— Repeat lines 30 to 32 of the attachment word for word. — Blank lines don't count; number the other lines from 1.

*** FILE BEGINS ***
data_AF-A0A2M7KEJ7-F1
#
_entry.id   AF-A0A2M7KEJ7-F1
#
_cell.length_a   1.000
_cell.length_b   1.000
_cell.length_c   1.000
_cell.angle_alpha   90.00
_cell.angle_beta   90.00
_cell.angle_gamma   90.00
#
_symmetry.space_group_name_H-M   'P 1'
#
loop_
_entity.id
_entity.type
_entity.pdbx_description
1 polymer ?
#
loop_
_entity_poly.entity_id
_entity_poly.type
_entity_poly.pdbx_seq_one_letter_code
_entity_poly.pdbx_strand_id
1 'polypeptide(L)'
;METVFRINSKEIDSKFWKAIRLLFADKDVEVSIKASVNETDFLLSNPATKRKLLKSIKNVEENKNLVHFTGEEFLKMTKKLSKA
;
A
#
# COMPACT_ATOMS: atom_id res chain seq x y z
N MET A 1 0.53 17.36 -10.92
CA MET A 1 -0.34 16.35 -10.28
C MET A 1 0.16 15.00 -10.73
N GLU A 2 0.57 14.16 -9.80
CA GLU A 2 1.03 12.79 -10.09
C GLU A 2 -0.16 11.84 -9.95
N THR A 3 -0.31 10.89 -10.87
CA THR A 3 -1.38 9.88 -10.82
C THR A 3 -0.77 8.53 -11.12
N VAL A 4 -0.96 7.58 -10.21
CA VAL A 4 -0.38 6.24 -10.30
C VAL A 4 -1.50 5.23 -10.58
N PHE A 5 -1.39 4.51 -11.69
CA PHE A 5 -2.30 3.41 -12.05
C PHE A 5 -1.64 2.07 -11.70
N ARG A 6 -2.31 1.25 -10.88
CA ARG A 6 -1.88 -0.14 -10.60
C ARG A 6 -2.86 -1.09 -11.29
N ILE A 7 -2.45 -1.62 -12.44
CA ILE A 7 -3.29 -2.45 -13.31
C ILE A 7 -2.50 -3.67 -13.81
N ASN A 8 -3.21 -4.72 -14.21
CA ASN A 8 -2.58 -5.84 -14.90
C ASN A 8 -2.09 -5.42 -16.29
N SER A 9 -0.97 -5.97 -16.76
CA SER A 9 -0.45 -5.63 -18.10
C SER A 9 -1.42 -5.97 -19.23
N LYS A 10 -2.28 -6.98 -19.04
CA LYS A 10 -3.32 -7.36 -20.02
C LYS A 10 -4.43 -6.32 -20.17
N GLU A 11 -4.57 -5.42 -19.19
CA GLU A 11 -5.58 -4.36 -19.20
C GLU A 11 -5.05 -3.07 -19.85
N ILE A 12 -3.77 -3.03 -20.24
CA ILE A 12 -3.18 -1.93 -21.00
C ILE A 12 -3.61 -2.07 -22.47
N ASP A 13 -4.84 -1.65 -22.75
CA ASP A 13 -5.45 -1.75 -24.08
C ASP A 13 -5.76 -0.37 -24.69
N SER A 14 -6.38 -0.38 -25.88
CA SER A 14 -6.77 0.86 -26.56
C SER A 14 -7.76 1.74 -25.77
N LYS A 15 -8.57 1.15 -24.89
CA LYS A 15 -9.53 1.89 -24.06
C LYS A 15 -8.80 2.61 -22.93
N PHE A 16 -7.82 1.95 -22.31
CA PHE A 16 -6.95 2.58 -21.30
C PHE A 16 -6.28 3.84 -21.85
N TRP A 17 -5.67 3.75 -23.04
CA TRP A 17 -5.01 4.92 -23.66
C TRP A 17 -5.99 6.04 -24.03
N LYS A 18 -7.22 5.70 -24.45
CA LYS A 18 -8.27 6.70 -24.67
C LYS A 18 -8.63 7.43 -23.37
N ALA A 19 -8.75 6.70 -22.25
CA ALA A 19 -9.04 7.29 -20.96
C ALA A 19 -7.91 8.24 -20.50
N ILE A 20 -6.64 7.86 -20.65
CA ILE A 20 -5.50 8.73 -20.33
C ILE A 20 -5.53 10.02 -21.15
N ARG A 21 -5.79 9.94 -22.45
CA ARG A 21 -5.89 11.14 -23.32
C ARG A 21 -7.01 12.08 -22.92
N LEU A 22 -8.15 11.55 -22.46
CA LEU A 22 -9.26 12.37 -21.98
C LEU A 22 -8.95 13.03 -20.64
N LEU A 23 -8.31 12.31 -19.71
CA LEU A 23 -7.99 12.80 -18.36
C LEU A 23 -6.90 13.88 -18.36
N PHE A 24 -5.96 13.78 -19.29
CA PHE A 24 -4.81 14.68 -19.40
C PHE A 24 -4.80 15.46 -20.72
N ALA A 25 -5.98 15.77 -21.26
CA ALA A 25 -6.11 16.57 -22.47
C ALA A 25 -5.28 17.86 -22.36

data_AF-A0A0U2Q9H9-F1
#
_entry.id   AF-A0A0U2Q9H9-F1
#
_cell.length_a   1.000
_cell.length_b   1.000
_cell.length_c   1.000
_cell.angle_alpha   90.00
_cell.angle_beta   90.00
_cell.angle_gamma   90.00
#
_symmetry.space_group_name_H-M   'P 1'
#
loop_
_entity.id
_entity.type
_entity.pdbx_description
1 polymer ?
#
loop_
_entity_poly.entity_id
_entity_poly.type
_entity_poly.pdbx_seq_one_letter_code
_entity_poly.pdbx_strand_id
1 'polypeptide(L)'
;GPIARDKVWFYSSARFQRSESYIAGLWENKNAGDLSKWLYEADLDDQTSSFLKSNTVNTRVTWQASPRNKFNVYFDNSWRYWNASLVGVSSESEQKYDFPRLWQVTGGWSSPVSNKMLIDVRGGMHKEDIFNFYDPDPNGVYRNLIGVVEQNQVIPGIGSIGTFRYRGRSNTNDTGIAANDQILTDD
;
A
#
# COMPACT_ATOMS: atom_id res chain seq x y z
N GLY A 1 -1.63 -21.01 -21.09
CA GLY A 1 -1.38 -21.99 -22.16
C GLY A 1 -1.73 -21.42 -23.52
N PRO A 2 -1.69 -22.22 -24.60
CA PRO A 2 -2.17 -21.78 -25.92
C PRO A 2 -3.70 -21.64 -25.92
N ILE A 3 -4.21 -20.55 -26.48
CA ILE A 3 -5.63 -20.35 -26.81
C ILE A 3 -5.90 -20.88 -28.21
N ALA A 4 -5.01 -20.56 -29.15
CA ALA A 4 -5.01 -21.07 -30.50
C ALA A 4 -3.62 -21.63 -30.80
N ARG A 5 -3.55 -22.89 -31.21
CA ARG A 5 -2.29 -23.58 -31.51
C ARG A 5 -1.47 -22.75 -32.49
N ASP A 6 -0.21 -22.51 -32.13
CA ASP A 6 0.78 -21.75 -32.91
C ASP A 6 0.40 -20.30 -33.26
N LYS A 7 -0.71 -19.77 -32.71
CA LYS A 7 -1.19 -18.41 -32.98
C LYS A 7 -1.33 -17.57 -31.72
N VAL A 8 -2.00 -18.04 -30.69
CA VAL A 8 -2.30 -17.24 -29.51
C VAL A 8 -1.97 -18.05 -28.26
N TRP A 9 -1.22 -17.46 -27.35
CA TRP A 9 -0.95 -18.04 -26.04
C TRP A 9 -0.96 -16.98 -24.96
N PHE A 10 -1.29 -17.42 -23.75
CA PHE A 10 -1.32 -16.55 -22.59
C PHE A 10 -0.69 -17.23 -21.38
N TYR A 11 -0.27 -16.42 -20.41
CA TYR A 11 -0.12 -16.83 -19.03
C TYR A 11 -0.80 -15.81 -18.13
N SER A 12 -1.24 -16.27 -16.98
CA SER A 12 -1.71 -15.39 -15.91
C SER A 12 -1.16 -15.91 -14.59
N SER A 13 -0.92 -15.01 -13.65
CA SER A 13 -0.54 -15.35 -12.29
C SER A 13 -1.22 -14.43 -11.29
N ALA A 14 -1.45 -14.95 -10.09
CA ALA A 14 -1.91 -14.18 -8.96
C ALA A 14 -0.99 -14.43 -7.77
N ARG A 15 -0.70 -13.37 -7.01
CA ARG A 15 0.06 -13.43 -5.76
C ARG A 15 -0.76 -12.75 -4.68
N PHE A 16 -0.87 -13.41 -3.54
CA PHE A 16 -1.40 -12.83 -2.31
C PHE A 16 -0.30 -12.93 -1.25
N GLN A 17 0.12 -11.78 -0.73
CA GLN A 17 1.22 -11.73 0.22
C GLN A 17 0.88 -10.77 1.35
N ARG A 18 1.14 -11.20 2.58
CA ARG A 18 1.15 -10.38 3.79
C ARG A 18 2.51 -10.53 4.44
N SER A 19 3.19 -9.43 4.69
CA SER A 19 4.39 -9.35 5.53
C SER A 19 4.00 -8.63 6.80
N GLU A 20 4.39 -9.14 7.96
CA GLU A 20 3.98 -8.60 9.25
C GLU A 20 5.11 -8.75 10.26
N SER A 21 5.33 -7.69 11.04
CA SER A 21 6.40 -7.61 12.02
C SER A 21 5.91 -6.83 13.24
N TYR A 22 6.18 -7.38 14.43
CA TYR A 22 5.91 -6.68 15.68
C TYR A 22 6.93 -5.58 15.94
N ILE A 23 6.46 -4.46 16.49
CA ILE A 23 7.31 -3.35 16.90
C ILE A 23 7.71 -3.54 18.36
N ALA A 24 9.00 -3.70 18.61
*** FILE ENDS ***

# COMPACT_ATOMS: atom_id res chain seq x y z
N MET A 1 0.53 17.36 -10.92
CA MET A 1 -0.34 16.35 -10.28